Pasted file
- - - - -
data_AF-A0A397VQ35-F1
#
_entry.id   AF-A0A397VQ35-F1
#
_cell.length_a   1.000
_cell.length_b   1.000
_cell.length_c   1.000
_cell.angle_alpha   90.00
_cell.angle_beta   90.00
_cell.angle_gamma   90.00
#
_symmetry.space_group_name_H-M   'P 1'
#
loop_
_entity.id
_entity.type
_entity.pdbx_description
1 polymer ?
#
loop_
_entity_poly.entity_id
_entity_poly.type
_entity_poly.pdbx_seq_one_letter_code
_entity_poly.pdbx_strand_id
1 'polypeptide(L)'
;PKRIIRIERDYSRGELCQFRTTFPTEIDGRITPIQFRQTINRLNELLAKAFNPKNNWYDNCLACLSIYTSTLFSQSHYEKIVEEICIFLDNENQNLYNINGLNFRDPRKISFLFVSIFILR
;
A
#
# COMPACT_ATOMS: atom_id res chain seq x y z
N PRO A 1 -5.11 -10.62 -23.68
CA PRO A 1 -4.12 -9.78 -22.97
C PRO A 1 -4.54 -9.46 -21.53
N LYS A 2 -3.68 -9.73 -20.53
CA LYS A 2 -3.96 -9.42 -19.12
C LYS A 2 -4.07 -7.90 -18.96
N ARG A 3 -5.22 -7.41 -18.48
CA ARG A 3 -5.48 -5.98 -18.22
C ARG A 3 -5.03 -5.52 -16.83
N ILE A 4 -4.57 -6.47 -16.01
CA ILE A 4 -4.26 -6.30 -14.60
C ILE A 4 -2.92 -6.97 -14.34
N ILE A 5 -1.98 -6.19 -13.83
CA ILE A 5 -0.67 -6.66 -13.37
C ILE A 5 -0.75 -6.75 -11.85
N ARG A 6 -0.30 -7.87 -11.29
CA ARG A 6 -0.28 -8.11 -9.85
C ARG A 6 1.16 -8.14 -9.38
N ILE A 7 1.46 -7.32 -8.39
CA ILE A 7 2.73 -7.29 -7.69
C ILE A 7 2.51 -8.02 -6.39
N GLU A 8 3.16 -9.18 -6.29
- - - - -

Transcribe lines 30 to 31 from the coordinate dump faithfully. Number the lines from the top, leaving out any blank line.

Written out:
# COMPACT_ATOMS: atom_id res chain seq x y z
N PRO A 1 -5.11 -10.62 -23.68